In order to consistently make money trading, one must have the ability to adapt. There are times when it is quite easy to make money and times when it seems impossible. This is due to changing conditions or what I refer to dozens of times in my material as “context”. I’ve covered this in previous blog posts but thought I could perhaps add a different twist to it or if not, at least refresh the idea in people’s minds.
The action in the stock indexes today (Feb 2nd) was rather choppy. The runs were short-lived. It was a situation where, if you tried to buy ‘support’ in the morning looking for a bounce or ‘double bottom’, you were quickly run over and on the wrong side as the market made new lows. But if you chased the move and sold after the market made new lows, you were also quickly run over and on the wrong side as the market bounced, at least temporarily. Price eventually retraced off lows and settled into a sideways pattern of low volatility but I’m sure many people had already thrown in the towel by that point. It was not ideal for scalping. I was caught on the wrong side a few times in the chop. I finished the day positive but it took a lot of patience and perfect timing on just a couple moves.
This happens in every market. When the runs are big and it’s easy to get paid, professionals will add size and try to capitalize on the good action. When there’s a lot of back and forth and it’s difficult to get paid and small profits are constantly disappearing, professionals take the small amounts where they can and try to call it a day early.
You must learn to recognize the different types of days and types of action. You cannot use a ‘one size fits all’ approach. Flexibility in the thought process is necessary for long-term survival in this business.
If you take a few trades in the first 30 minutes and watch a small profit turn into a small loss, that’s a sign you need to take the quick money when it’s given to you. If it’s a day when the ES is snapping 10 full points every time it breaks highs or lows, then swinging for a larger run is warranted.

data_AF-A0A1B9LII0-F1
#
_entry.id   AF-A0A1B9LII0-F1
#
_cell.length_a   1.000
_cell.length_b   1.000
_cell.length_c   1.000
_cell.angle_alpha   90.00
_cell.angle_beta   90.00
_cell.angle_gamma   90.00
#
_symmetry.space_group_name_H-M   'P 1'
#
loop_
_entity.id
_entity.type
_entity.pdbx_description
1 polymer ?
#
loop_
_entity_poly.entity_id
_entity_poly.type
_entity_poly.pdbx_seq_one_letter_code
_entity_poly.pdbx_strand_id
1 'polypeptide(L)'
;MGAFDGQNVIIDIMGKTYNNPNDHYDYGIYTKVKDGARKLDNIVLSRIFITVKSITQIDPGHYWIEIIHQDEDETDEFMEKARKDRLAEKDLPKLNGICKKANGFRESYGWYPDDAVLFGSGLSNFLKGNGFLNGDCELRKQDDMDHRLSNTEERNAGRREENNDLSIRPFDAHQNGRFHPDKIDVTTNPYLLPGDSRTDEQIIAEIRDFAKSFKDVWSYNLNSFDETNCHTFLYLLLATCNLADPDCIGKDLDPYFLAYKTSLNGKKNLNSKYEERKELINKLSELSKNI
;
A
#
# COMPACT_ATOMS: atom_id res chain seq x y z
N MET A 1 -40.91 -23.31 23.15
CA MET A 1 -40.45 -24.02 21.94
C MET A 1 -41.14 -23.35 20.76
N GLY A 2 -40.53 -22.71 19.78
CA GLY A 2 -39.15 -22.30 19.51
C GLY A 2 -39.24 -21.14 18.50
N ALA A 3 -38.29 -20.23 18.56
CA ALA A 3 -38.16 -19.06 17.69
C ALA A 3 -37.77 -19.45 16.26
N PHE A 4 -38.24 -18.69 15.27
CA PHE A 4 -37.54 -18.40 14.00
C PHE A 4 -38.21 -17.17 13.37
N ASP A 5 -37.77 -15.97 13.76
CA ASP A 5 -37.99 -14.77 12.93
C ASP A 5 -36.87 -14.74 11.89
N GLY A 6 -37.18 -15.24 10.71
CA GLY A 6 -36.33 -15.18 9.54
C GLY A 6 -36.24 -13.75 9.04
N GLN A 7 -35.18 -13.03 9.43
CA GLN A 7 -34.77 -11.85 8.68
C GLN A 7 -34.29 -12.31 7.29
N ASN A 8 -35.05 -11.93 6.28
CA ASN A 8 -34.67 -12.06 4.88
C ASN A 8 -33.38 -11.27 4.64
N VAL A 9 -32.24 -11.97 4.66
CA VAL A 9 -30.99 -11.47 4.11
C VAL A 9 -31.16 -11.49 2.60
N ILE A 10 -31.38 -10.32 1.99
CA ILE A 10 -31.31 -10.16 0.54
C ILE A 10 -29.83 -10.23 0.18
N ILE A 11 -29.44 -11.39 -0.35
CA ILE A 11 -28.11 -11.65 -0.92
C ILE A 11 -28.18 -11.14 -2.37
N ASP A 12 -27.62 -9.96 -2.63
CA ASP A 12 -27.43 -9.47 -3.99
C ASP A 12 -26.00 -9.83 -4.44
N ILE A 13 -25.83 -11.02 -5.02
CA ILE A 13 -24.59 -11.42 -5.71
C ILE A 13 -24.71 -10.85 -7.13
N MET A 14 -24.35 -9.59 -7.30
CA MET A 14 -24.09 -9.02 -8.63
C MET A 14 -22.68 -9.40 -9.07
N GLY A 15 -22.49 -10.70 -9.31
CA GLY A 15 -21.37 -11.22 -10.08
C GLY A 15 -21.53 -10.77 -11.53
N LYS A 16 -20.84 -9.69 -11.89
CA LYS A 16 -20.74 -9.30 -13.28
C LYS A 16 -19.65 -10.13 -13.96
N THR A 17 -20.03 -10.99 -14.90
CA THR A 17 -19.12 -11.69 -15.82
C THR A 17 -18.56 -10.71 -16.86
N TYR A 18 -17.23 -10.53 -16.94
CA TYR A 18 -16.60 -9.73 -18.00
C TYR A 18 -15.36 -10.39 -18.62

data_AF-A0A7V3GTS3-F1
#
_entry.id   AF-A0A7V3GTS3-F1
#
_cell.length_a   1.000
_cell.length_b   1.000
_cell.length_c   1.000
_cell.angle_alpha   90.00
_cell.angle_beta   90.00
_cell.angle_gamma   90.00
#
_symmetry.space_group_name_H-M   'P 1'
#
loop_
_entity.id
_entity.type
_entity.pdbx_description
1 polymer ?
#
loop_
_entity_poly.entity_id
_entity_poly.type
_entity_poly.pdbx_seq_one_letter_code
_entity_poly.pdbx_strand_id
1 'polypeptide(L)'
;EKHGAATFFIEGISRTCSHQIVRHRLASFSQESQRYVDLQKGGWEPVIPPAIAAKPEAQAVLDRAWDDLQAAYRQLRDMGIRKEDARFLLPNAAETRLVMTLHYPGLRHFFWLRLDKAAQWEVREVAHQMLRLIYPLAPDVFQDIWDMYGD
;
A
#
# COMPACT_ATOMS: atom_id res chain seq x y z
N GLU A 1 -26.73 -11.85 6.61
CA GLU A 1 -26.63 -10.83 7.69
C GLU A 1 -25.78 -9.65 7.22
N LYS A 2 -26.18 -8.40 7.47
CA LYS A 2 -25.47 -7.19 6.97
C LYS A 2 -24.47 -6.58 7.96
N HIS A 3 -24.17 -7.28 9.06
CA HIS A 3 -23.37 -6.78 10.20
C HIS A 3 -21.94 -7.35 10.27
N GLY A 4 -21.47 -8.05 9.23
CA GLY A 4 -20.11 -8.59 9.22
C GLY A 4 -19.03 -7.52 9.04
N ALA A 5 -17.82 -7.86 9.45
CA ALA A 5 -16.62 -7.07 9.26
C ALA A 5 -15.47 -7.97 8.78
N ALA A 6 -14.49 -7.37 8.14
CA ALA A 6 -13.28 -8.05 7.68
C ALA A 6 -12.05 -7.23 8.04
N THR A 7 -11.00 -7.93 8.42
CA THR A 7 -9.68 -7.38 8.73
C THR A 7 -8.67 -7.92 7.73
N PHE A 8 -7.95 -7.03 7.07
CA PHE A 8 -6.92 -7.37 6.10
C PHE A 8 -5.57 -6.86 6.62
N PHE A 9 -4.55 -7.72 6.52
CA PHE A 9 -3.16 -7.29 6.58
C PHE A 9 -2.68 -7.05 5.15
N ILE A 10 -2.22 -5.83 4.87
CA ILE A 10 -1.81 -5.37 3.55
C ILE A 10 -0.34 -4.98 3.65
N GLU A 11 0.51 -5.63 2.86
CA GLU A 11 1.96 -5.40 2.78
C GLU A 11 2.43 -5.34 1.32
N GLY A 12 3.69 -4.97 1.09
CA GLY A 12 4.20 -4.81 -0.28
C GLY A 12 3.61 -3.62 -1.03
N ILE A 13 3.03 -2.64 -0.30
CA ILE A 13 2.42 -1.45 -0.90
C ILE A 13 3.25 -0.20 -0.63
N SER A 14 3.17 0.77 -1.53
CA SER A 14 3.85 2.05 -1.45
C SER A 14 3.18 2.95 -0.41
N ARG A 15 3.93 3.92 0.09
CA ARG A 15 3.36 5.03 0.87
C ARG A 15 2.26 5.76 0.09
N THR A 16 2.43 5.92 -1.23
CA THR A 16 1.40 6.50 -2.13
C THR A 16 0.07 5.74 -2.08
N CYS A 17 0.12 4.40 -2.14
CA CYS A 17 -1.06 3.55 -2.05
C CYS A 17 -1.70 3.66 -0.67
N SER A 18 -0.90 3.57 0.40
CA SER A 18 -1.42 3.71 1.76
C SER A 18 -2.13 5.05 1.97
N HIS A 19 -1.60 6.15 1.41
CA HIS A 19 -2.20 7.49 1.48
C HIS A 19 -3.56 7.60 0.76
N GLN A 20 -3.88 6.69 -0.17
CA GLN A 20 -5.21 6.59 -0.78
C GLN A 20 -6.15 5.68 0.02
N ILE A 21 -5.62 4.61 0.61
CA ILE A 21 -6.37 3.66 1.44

A student recently contacted me to discuss a scalping method he had been using a couple months ago to trade the ES when there were regularly 150 or more contracts on the bid/ask at every price. The ES does not currently have that kind of liquidity and the volatility has increased quite a bit as a result so the strategy he was using then doesn’t currently work. It will most likely work again when that type of liquidity returns but in the meantime, he is looking for other products to trade and assessing other strategies that might be used for the ES. Most importantly, he is not attempting to trade the way he was awhile back. He understands the way context influences price behavior which, in turn, influences the decision making process and what strategies one implements.
There are some ETFs which are extremely good trades when they are priced below $20. Scalping them can be highly profitable for months on end but once they drop to a certain price, they reverse split. After the split, they are usually no longer good trades because the liquidity isn’t the same. They eventually drop below $20 again and are good trades again but in the meantime, a trader has to find other ETFs and stocks which are better for scalping.
One of the reasons I keep futures traders focused on treasuries is because they tend to be fairly consistent in their behavior. This is because they are usually very liquid. You’re not going to get a 40 tick run in the 10-year notes but it’s possible to grind ticks here and there on some size and make decent money and you can be pretty sure the conditions aren’t going to drastically change overnight (barring something like another pandemic). Conditions do change in the treasuries and there are periods when they are difficult to read but they rarely get extremely volatile to the point where strategies which were working last month aren’t going to work again for another three months.
Finishing this post on a slightly different but related topic:
A gentleman I know wants to trade but told me he needs to make a certain amount per month to maintain his lifestyle. Aside from needing a rather large bankroll and needing to be a very skilled trader, I told him he also has to understand the money comes in waves as a result of changing conditions.
Any professional will tell you that you cannot rely upon a ‘weekly paycheck’ in trading. You might crush one month and struggle to break-even the next. This is the reality and it’s one of the most difficult truths for a new trader to accept. However, the sooner a new trader accepts this fact, the sooner that trader will begin to make real progress because he will begin viewing things from a month-end and year-end standpoint and not become emotionally distraught over the day to day swings in P&L. He will learn to cut losses much quicker and not feel the need to be involved if he doesn’t see any trades which meet his criteria. He will stop trying to trade for this month’s rent money and instead work on gaining the skills necessary to actually make a living as a full-time trader.